Two Hour Gardening Project: Stage 6

This fortnight we make a start on the first of the permanent features in our garden – the patio. It’s a great asset, for sitting out, eating out, enjoying relaxation in the sun. Not hard work if you take it gently. Bull-at-a-gate techniques will give you backache for months. Slow and easy does it. Extend the time budget if you need to. Also some bright ideas on what to do with the soil you dig out. Some other novelties too.

Needs list: broken brick/gravel/ course sand; square wooden pegs; 1 ball string; 1spirit level; 1 pkt nasturtium seed; 1 pkt Canary creeper seed.

Time budget: 6 hours in 2 weeks

Mid June weather/soil

clip_image002The longest day of the year approaches, but summer still lags behind. There are hot days yet to come in July and August. More northerly districts benefit most now from the long days, and at last catch up with more southerly areas. Still not too late to sow seeds that failed first go.

Flower of the Fortnight

Here’s another high-speed annual to provide instant screening, the ornamental hop – Humulus japonicas ‘Variegatus’. It’s variegated, which means the leaves are splashed white and cream as well as green: beautiful ! It’s a twiner, so it needs supports to climb. Twines clockwise. Take a pencil, wind a piece of string round it clockwise. Note the string ascends from right to left. Botanists say it ascends left to right. That’s because they’re looking outwards from inside the pencil. Crazy? No. They’re just trying to solve a problem. South of the Equator this plant twines anticlockwise: like the bath water running out business you know. For planting procedures, see Stage 3.

Groundwork

1. Time to meet two of the creepiest, crawliest, slimiest and most destructive of all garden pestsslugs and snails. There’s nothing sluggish about slugs when it comes to eating their way through the stems of your favourite garden plants, and snails don’t move at a snail’s pace when it comes to eating plants either. Both set to work at night, which makes them harder to catch, and they often do their damage just underground, so you don’t see the damage, only that the plant is dead. By day they hide in dark, cool, moist parts of the garden. Catch them by placing a tile or slat 1-1/2 in. above soaked earth, put lettuce leaves or half orange under, largely cover with earth: two weeks later remove, scrape slugs and snails off underside with a board into incinerator.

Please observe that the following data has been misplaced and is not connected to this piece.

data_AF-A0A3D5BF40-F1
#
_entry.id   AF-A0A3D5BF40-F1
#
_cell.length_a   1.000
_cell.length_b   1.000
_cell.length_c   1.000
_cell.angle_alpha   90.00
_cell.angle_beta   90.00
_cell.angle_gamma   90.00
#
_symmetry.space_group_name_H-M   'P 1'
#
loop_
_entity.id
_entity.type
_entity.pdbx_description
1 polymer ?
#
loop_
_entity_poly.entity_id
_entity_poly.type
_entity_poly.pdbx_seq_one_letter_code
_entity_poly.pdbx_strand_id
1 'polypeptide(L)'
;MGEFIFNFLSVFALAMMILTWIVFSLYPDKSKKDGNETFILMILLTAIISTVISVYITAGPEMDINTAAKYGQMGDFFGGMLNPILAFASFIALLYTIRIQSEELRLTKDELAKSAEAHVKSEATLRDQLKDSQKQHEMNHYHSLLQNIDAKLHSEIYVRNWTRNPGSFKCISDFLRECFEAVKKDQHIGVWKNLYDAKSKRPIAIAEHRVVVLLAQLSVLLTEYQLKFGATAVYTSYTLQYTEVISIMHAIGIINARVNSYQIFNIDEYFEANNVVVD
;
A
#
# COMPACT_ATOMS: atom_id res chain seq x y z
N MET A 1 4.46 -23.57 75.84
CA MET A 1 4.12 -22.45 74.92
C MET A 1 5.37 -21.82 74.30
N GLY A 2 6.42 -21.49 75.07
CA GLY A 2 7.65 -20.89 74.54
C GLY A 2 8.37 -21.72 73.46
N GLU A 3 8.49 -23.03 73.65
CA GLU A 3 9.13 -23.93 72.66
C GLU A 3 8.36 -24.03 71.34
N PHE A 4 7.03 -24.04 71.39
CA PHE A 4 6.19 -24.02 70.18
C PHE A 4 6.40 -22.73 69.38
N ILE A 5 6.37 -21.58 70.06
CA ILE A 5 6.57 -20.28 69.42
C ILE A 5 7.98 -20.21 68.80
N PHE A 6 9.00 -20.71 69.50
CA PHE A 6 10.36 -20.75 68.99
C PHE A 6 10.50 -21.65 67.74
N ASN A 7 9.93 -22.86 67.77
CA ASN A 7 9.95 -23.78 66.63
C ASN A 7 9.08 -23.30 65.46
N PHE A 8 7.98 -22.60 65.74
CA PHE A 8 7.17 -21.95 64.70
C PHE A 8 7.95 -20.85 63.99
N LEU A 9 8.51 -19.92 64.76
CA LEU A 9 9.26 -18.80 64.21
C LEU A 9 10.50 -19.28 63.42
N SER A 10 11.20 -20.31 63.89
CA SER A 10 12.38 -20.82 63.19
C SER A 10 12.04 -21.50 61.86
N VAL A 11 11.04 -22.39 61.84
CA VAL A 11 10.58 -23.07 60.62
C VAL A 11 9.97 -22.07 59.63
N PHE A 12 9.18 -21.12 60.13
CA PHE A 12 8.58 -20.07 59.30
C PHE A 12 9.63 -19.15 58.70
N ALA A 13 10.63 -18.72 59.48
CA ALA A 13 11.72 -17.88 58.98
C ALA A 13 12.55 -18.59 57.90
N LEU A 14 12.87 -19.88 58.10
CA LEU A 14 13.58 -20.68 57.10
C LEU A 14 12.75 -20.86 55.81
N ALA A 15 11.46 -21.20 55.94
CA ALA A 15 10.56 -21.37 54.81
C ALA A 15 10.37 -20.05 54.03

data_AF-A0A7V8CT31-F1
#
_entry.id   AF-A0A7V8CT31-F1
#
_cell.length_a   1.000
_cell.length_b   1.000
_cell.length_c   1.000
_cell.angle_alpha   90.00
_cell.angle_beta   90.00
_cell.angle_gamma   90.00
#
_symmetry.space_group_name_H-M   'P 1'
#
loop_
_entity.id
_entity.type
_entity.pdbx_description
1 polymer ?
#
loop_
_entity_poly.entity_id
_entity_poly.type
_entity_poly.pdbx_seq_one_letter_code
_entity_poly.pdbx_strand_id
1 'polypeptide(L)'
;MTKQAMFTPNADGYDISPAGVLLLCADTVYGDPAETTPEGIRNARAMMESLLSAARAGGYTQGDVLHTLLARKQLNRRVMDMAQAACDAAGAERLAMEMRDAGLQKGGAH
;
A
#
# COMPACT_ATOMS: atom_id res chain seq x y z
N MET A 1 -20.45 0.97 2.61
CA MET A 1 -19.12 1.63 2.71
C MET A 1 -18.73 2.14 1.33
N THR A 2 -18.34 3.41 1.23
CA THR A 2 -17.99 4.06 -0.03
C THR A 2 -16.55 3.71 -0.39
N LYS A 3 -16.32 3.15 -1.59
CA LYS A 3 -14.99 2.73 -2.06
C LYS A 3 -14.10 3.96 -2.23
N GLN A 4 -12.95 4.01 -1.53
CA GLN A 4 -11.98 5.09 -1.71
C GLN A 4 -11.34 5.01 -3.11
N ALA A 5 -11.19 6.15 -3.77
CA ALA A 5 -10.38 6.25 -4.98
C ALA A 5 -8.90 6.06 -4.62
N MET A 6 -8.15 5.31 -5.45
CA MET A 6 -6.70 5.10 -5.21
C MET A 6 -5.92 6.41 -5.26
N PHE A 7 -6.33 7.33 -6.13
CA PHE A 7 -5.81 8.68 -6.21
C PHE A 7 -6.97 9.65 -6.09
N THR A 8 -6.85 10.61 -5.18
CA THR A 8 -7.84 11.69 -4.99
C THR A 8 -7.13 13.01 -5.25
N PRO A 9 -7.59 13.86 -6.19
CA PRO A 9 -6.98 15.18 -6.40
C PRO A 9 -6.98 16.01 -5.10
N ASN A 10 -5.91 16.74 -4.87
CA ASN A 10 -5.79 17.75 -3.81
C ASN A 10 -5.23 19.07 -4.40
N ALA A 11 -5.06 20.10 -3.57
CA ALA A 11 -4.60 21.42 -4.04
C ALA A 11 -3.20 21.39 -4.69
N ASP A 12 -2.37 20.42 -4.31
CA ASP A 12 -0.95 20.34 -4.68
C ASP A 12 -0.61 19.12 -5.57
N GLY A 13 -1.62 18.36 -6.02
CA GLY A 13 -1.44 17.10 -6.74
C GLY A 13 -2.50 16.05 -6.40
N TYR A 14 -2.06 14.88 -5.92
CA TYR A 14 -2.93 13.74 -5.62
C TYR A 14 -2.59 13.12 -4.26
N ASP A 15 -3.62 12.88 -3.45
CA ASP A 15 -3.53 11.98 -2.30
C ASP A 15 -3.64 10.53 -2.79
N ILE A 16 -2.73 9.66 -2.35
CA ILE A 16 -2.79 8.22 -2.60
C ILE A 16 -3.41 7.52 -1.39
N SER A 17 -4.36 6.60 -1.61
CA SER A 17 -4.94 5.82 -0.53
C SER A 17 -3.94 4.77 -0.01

2. The sword-like leaves of the gladioli should be up by now. Sow left-over annual seeds between them to cover bed. Reseed bare patches in the annual bed.

3. Check the height of the lawn-mower cut: aim for a blade height of 3/4 in. Keep all seeds moist, in semi-shade and labelled.

Project work: starting the patio: some original ideas

The British and Americans face a peculiar gardening dilemma other nationals don’t seem to have: is a garden a place in which to garden or to relax? The French, Spanish, Italians are quite decided: it is a secluded place in which to relax. From the Taj Mahal through the Persian gardens to the Moorish gardens of Spain, gardens are for relaxation. A good garden combines work with a rest place. A patio. Time to start making it, start using up that growing pile or bin of stones you’ve been weeding out of the borders. First peg out your patio area with stakes and string. Ours is 6 ft. by 4 ft. – including the garden path. Excavate the patio area 6 in. deep. Put excavated soil to one side for use on the rockery/rock garden later. (Borrow a wheelbarrow if you don’t have one.) Cover the bottom 4 in. deep in large-stones, hard core. Then cover with 1 in. smaller stones. Then a 1 in. layer of builder’s sand.

Schedule your work so the path can be used while work is in progress. Make level. Since you’ve got all this soil out of your patio area, use it for something useful. Make a mound of it, and plant potatoes in it. Use sprouting seed spuds, and plant 4 in. deep. Sow seeds of climbing nasturtiums (Nasturtium major) which come in a riot of colours. Buy a packet of mixed colours and sow seed like the sunflower seeds (Stage 4) but press 1 in. down. Also sow seeds of Canary climber to use in tubs, containers, later. Blanch the leaves of any dandelions growing in the garden by placing a large flower pot over them. Any dandelions will do – but proper culinary ones are best. Never eat leaves of dandelions off the lawn. You never know what weedkillers someone else may have used on them. Lastly, save your toilet roll tubes, halve, fill with soilless growing mix, put in box of soil, sow annuals in them. Restricting roots produces small, colourful flowers.

23. August 2011 by admin
Categories: 2 Hour Garden, Gardening Ideas | Tags: , | Comments Off on Two Hour Gardening Project: Stage 6

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